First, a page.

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Extraction Has No Traction

Extraction Has No Traction

Land values were based

upon the extraction

method

http://www.idfpr.com/dpr/re/ILLAppr/IllinoisAppraiserJanuary2012.pdf

 

.”

Look familiar?

If I had a nickel for

every

 

phoned‐in Cost

Approach that had this

sentence or one like it, I’d be Warren

Buffet.

The Dictionary of Real Estate Appraisal

defines it as:

A method of estimating land value in

which the depreciated cost of the improvements

on the improved property is estimated

and deducted from the total sale

price to arrive at an estimated sale price for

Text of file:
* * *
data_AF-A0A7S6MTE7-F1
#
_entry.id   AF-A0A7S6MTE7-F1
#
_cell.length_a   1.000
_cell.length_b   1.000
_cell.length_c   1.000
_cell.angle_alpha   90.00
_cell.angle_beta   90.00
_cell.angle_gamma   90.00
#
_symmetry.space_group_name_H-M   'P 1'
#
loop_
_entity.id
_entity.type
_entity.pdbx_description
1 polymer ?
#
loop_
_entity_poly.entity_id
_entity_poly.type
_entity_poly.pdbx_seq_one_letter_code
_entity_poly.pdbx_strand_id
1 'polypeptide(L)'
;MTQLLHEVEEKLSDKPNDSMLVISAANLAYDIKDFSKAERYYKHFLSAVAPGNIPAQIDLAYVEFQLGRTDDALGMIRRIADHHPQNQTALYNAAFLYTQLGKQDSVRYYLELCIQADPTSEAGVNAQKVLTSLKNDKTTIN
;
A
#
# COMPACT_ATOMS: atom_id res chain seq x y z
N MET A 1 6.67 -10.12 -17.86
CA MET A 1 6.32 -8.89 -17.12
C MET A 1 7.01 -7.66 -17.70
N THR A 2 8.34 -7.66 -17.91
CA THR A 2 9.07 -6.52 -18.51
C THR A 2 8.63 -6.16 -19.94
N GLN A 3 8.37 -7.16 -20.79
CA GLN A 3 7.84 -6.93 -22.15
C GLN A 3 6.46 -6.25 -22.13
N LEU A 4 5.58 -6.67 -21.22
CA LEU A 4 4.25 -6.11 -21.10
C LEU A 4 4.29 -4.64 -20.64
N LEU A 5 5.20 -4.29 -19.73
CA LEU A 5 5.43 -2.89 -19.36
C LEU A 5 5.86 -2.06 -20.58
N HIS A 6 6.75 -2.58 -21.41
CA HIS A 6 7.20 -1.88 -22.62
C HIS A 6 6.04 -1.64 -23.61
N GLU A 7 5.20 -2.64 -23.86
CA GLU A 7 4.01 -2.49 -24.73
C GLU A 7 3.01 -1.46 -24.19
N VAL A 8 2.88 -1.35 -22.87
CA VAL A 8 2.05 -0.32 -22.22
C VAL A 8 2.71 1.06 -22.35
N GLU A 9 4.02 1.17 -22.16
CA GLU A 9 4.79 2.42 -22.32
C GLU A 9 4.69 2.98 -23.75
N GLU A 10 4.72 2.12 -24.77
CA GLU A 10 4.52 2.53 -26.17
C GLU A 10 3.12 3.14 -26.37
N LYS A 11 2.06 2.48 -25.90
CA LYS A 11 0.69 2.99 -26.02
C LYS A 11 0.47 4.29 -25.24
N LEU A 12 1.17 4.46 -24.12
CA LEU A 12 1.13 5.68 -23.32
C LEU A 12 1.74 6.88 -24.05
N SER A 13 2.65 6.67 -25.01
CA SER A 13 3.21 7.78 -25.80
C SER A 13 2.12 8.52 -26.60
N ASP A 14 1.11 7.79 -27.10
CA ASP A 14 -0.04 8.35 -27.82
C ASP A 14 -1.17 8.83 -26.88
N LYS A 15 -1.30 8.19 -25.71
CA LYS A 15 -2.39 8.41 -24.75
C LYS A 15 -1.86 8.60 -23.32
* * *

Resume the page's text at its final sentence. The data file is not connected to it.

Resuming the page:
the land; most effective when the improvements

contribute little to the total sale

price of the property

 

 

.

The underscored portion says it all.

Usually this technique is used in rural

settings. Perhaps when appraising

some hunting shack on a couple of

hundred acres of scrub.

But no, we see it in the

middle of suburban

Hinsdale, Belleville,

Taylorville, and other

places where the residence

is easily a significant

portion of the

total value.

By definition,

 

extraction doesn’t really

work in cities and suburbs where improvements

tend to drive value.

Also, some Cost Approaches are so

poorly cobbled together that we seriously

doubt the appraiser’s ability to

 

extract

 

 

anything.

Don’t just toss

 

extraction into a report.

If you cannot demonstrate an ability to

depreciate reasonably, then you certainly

won’t be able to support an extraction

application.

The board strongly suggests that you

find a course that teaches a more reliable

technique.

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